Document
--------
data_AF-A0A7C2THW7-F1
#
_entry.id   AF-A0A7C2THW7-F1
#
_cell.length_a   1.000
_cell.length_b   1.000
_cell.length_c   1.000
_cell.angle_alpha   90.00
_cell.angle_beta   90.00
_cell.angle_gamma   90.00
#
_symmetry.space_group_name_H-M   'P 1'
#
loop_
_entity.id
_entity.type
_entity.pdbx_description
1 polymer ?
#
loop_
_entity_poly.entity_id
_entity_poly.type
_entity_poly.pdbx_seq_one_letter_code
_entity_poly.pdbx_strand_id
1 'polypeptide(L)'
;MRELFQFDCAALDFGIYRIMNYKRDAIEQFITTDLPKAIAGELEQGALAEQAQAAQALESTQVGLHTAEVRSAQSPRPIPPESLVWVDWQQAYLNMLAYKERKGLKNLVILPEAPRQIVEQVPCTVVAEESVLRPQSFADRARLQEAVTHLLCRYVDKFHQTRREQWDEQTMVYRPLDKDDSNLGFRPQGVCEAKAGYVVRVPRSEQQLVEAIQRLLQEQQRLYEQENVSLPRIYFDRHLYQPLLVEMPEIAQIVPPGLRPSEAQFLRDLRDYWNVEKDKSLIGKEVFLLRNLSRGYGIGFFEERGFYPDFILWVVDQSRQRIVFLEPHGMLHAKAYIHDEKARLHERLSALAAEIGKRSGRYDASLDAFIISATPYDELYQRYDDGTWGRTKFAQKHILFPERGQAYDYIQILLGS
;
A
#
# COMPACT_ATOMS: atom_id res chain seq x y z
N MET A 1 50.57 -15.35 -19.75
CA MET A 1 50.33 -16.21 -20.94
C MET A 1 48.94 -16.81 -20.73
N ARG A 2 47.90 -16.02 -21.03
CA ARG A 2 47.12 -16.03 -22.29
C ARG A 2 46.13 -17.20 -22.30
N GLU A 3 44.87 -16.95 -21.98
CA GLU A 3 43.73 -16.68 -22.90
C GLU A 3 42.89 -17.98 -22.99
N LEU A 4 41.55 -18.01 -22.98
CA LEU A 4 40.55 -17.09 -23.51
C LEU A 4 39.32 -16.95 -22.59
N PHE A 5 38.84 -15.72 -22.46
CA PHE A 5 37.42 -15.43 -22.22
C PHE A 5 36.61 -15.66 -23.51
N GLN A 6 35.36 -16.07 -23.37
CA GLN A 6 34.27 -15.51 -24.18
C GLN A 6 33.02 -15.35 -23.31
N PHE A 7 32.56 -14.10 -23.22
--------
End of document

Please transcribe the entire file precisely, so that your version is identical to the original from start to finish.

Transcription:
data_AF-A0A7C2THW7-F1
#
_entry.id   AF-A0A7C2THW7-F1
#
_cell.length_a   1.000
_cell.length_b   1.000
_cell.length_c   1.000
_cell.angle_alpha   90.00
_cell.angle_beta   90.00
_cell.angle_gamma   90.00
#
_symmetry.space_group_name_H-M   'P 1'
#
loop_
_entity.id
_entity.type
_entity.pdbx_description
1 polymer ?
#
loop_
_entity_poly.entity_id
_entity_poly.type
_entity_poly.pdbx_seq_one_letter_code
_entity_poly.pdbx_strand_id
1 'polypeptide(L)'
;MRELFQFDCAALDFGIYRIMNYKRDAIEQFITTDLPKAIAGELEQGALAEQAQAAQALESTQVGLHTAEVRSAQSPRPIPPESLVWVDWQQAYLNMLAYKERKGLKNLVILPEAPRQIVEQVPCTVVAEESVLRPQSFADRARLQEAVTHLLCRYVDKFHQTRREQWDEQTMVYRPLDKDDSNLGFRPQGVCEAKAGYVVRVPRSEQQLVEAIQRLLQEQQRLYEQENVSLPRIYFDRHLYQPLLVEMPEIAQIVPPGLRPSEAQFLRDLRDYWNVEKDKSLIGKEVFLLRNLSRGYGIGFFEERGFYPDFILWVVDQSRQRIVFLEPHGMLHAKAYIHDEKARLHERLSALAAEIGKRSGRYDASLDAFIISATPYDELYQRYDDGTWGRTKFAQKHILFPERGQAYDYIQILLGS
;
A
#
# COMPACT_ATOMS: atom_id res chain seq x y z
N MET A 1 50.57 -15.35 -19.75
CA MET A 1 50.33 -16.21 -20.94
C MET A 1 48.94 -16.81 -20.73
N ARG A 2 47.90 -16.02 -21.03
CA ARG A 2 47.12 -16.03 -22.29
C ARG A 2 46.13 -17.20 -22.30
N GLU A 3 44.87 -16.95 -21.98
CA GLU A 3 43.73 -16.68 -22.90
C GLU A 3 42.89 -17.98 -22.99
N LEU A 4 41.55 -18.01 -22.98
CA LEU A 4 40.55 -17.09 -23.51
C LEU A 4 39.32 -16.95 -22.59
N PHE A 5 38.84 -15.72 -22.46
CA PHE A 5 37.42 -15.43 -22.22
C PHE A 5 36.61 -15.66 -23.51
N GLN A 6 35.36 -16.07 -23.37
CA GLN A 6 34.27 -15.51 -24.18
C GLN A 6 33.02 -15.35 -23.31
N PHE A 7 32.56 -14.10 -23.22